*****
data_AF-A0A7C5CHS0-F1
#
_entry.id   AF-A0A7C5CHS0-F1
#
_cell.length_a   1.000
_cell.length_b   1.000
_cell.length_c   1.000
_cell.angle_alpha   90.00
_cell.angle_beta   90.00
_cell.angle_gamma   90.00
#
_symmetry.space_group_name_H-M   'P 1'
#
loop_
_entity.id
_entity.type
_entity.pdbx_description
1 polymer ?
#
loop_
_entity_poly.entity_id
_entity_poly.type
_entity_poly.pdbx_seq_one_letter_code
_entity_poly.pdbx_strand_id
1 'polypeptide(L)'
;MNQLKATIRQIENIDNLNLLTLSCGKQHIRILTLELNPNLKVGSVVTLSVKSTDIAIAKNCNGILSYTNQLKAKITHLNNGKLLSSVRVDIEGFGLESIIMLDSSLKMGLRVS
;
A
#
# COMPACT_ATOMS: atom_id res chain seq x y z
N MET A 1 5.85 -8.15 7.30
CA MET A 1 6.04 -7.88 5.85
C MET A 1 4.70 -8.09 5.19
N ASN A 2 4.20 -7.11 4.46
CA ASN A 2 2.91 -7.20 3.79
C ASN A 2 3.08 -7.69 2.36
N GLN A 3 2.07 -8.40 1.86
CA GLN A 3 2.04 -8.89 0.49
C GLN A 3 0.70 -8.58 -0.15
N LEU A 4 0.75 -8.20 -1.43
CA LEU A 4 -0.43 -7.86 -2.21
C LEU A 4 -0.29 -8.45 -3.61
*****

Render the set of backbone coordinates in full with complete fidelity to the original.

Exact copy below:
data_AF-A0A7C5CHS0-F1
#
_entry.id   AF-A0A7C5CHS0-F1
#
_cell.length_a   1.000
_cell.length_b   1.000
_cell.length_c   1.000
_cell.angle_alpha   90.00
_cell.angle_beta   90.00
_cell.angle_gamma   90.00
#
_symmetry.space_group_name_H-M   'P 1'
#
loop_
_entity.id
_entity.type
_entity.pdbx_description
1 polymer ?
#
loop_
_entity_poly.entity_id
_entity_poly.type
_entity_poly.pdbx_seq_one_letter_code
_entity_poly.pdbx_strand_id
1 'polypeptide(L)'
;MNQLKATIRQIENIDNLNLLTLSCGKQHIRILTLELNPNLKVGSVVTLSVKSTDIAIAKNCNGILSYTNQLKAKITHLNNGKLLSSVRVDIEGFGLESIIMLDSSLKMGLRVS
;
A
#
# COMPACT_ATOMS: atom_id res chain seq x y z
N MET A 1 5.85 -8.15 7.30
CA MET A 1 6.04 -7.88 5.85
C MET A 1 4.70 -8.09 5.19
N ASN A 2 4.20 -7.11 4.46
CA ASN A 2 2.91 -7.20 3.79
C ASN A 2 3.08 -7.69 2.36
N GLN A 3 2.07 -8.40 1.86
CA GLN A 3 2.04 -8.89 0.49
C GLN A 3 0.70 -8.58 -0.15
N LEU A 4 0.75 -8.20 -1.43
CA LEU A 4 -0.43 -7.86 -2.21
C LEU A 4 -0.29 -8.45 -3.61